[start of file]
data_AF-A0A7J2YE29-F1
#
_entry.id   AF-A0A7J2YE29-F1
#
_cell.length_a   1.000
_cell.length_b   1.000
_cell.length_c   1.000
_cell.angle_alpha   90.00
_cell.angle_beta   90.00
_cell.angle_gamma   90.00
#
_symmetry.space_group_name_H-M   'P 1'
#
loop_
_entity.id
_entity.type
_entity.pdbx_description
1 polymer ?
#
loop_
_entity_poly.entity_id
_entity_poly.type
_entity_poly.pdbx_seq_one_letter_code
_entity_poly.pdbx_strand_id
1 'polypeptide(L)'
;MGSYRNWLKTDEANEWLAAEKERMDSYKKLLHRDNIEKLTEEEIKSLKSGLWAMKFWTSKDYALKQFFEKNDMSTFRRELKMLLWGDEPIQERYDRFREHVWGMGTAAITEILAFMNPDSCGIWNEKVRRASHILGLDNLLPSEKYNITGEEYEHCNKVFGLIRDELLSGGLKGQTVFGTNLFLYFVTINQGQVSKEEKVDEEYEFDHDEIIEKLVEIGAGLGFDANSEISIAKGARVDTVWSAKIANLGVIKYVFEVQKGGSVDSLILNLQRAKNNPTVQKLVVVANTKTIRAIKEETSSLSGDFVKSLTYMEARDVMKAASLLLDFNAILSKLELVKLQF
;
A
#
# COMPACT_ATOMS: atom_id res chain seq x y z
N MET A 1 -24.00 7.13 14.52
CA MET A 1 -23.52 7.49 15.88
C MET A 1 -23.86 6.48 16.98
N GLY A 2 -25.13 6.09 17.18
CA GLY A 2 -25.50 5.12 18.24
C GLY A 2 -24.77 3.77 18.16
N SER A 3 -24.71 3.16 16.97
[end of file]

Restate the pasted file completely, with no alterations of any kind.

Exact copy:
data_AF-A0A7J2YE29-F1
#
_entry.id   AF-A0A7J2YE29-F1
#
_cell.length_a   1.000
_cell.length_b   1.000
_cell.length_c   1.000
_cell.angle_alpha   90.00
_cell.angle_beta   90.00
_cell.angle_gamma   90.00
#
_symmetry.space_group_name_H-M   'P 1'
#
loop_
_entity.id
_entity.type
_entity.pdbx_description
1 polymer ?
#
loop_
_entity_poly.entity_id
_entity_poly.type
_entity_poly.pdbx_seq_one_letter_code
_entity_poly.pdbx_strand_id
1 'polypeptide(L)'
;MGSYRNWLKTDEANEWLAAEKERMDSYKKLLHRDNIEKLTEEEIKSLKSGLWAMKFWTSKDYALKQFFEKNDMSTFRRELKMLLWGDEPIQERYDRFREHVWGMGTAAITEILAFMNPDSCGIWNEKVRRASHILGLDNLLPSEKYNITGEEYEHCNKVFGLIRDELLSGGLKGQTVFGTNLFLYFVTINQGQVSKEEKVDEEYEFDHDEIIEKLVEIGAGLGFDANSEISIAKGARVDTVWSAKIANLGVIKYVFEVQKGGSVDSLILNLQRAKNNPTVQKLVVVANTKTIRAIKEETSSLSGDFVKSLTYMEARDVMKAASLLLDFNAILSKLELVKLQF
;
A
#
# COMPACT_ATOMS: atom_id res chain seq x y z
N MET A 1 -24.00 7.13 14.52
CA MET A 1 -23.52 7.49 15.88
C MET A 1 -23.86 6.48 16.98
N GLY A 2 -25.13 6.09 17.18
CA GLY A 2 -25.50 5.12 18.24
C GLY A 2 -24.77 3.77 18.16
N SER A 3 -24.71 3.16 16.97